These are a few basic survival tips when it comes to choosing a publisher and then dealing with that publisher that you may want to keep in mind.
1) Take your time
If a publisher is encouraging you to hurry up and sign by offering you a special deal if you sign up before a certain date then that's a red flag. Choosing a publisher is a delicate decision and you need to weigh all your options carefully, a publisher that is too eager to have you sign up ASAP may be trying to hide something.
Keep in mind that all too often you are dealing with experienced salesmen who may be telling you what you want to hear. Use the same caution when dealing with a POD publisher as you would use with a door to door salesman or a used cars dealer.
2) Don't take the publisher's word as to what you can expect
A publisher is trying to sell you a product and they often do this by making it seem like they are doing you a favor. If you want a more balanced idea try to track down the authors of at least two books released by the publisher. One of them should preferably be the author of a recently released title, so that you can get some inside info as to what kind of service they are currently offering, and the second one should be an author whose book was released at least six months prior to help you get a clearer picture of what you can expect down the road when it comes to royalties and continued support.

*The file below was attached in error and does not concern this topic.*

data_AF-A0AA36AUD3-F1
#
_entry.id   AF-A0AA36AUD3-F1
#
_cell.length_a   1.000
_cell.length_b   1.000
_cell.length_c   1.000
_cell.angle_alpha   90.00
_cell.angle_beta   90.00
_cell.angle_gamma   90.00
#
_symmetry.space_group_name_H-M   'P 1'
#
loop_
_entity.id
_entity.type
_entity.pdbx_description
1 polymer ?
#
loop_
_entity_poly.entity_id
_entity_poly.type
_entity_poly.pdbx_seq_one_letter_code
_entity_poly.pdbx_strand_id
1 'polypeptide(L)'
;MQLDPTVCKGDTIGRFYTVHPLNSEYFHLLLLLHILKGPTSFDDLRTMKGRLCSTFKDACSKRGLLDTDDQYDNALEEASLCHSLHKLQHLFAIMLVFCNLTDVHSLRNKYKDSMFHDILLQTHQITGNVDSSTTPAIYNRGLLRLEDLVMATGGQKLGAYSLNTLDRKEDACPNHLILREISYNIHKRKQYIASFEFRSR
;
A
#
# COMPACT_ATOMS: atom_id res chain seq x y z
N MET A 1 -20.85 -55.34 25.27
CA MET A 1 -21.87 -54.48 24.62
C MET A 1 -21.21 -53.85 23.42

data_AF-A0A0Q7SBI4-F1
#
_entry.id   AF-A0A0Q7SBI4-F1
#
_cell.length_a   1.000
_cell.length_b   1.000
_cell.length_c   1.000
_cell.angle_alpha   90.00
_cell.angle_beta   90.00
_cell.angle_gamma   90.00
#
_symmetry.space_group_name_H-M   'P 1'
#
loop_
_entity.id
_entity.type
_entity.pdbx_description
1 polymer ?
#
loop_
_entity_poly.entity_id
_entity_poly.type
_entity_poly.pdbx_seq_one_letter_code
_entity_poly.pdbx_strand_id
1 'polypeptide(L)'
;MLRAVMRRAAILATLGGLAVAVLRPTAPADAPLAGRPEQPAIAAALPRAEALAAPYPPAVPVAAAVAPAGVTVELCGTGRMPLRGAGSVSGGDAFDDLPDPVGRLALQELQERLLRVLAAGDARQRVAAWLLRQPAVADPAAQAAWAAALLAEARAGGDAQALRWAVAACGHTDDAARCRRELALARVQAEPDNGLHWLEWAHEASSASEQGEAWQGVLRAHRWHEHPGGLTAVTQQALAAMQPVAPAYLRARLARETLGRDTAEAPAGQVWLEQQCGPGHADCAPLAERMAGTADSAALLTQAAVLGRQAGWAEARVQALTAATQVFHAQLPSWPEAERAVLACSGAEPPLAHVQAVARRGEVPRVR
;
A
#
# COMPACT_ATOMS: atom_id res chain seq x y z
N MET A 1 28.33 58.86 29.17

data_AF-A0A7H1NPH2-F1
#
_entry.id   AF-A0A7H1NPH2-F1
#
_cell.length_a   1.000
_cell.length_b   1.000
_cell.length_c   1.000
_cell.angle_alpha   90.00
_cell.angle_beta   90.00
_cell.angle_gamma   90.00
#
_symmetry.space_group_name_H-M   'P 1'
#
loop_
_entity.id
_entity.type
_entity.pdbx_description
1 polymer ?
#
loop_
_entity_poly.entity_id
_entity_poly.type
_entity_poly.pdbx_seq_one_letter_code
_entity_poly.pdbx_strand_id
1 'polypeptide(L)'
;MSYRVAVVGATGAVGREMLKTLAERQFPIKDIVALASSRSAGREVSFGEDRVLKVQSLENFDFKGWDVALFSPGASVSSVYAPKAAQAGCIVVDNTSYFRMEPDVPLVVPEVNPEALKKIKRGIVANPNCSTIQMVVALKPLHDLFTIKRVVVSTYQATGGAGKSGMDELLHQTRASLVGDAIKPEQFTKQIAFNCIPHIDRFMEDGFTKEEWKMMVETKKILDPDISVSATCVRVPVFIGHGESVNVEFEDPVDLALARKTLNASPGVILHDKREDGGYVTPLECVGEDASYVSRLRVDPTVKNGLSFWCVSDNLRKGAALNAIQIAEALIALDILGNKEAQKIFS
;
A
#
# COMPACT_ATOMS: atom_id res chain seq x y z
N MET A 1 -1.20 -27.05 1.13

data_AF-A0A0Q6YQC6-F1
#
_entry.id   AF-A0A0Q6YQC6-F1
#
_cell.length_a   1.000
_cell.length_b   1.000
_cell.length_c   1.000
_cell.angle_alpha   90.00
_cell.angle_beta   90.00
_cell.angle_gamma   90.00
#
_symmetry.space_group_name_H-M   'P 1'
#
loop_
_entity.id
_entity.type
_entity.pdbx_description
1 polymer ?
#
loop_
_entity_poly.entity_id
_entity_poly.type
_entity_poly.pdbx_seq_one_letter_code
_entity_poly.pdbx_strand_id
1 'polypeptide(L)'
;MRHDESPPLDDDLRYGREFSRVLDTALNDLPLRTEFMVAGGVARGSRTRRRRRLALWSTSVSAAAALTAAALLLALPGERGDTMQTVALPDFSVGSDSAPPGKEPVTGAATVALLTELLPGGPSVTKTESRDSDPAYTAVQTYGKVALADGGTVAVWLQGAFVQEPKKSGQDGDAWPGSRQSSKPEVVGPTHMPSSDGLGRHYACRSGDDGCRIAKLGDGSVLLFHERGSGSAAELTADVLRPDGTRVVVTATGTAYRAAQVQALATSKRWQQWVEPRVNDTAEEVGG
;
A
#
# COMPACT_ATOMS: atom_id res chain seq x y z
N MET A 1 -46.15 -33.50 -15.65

To track down those authors you need their pen names and their books' titles, with that information you can use a search engine to try and see whether or not they have a website with an e-mail address. Do NOT ask the publisher to provide you with these references as chances are they will be carefully screened.
You may also want to consider joining a mailing list for POD authors but keep in mind that a number of publishers have infiltrated those lists so they may be less reliable than contacting a couple of authors directly.
3) Quality control
Publishers will often tell you that the quality of their books is top of the line and so on, that their books can successfully compete against any book printed by a traditional publisher. You may want to double check that claim by ordering a copy of one of their books from a bookstore and then torturing that book. Hand it over to a three year old and see how it does... and do this before you sign your contract.
4) Beware of publishers who market themselves too aggressively